HOPEWELL TWP.: Planners stymie convenience store training center 

By Frank Mustac, Special Writer
HOPEWELL TOWNSHIP — The applicant who wants to build a facility to train employees with special needs to work at convenience stores was told by the Planning Board to go back to the zoning board.
Mark Iorio, president of The Mega Group business consulting company in Hamilton, has helped organize what he describes as a “group of local citizens” who would like to see the training facility added to a proposed Quick Chek combined convenience store and gas station near the intersection of southbound Route 31 and Denow Road.
The Hopewell Township Planning Board in October 2014 denied an application to build the Quick Chek, but Mr. Iorio, who is one of several private investors interested in the project, said he had hoped the Planning Board would reconsider the application if training for individuals requiring assistance for medical, mental or psychological disabilities is incorporated in the plan.
Several heads of organizations in the area that help people with special needs have publicly expressed their support for the training facility, including Peter Bell, president and CEO of Eden Autism Services in Princeton; Steve Cook, executive director of The ARC Mercer; Tim Doherty, executive director of Project Freedom; and Vernon Long, CEO and president of Opportunities For All.
“The Planning Board has a great opportunity here to put Hopewell Township on the map with regard to changing the landscape of how we as a community train special needs workers,” Mr. Iorio said at the most recent Planning Board meeting.
What the backers of the project are asking for, he said, is for the Planning Board to recommend to the Township Committee that the township amend its zoning ordinances to accommodate a gas station with a convenience store that includes a training facility for special-needs workers.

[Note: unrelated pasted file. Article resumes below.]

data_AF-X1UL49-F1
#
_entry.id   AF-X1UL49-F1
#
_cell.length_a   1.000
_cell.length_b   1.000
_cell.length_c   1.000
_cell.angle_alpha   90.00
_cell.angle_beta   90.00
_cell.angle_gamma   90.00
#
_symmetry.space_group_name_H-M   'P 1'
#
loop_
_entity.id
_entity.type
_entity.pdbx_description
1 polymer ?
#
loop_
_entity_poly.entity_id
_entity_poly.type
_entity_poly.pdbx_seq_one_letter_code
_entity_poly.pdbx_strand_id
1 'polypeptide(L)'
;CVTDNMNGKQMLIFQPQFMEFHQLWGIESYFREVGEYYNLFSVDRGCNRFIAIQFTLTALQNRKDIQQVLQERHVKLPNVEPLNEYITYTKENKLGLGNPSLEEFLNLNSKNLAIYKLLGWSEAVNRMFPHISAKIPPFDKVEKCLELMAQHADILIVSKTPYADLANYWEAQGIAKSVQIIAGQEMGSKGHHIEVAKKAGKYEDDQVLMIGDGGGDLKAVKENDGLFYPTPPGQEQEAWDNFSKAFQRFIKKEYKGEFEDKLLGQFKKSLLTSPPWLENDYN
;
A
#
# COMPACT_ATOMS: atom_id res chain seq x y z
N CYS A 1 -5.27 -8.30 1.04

“We’re not looking for a spot zone here,” Mr. Iorio said.
Supporters of the training facility appeared before the Planning Board earlier this year, according to Mr. Iorio, adding that project representatives also spoke before the Hopewell Township Board of Adjustment, which suggested they approach the Planning Board.
Karen Murphy, the Planning Board chair, asked the board’s professional planner, Frank Banisch, for his opinion.
“It’s a very special condition to say you can do business like this provided you do this training — a very specialized kind of training,” said Mr. Banisch.
The professional planner also explained his concern that changing a zoning ordinance to add special-needs training to the list of permitted uses at a gas station with a convenience store could result in an applicant trying to remove the training facility from the project sometime after all final approvals are granted.
Mr. Banisch suggested that an application be made to the Board of Adjustment for a use variance.
“You should go to the zoning board,” Ms. Murphy told Mr. Iorio. “I think that’s where this issue belongs.”
In an interview earlier this year, Mr. Iorio described the proposed training facility as a dedicated area within the footprint of a Quick Chek convenience store building. The facility would essentially be a mini-version of the store itself with a checkout counter with barcode price scanners, shelves for stocking products the store typically sells and, possibly, a food preparation station to practice making sandwiches the store offers.
Mr. Iorio said he envisions each specials-needs employee attending training accompanied by a caseworker. The facility, he said, also could provide training for store managers on how to “interact with the people who are being trained.” 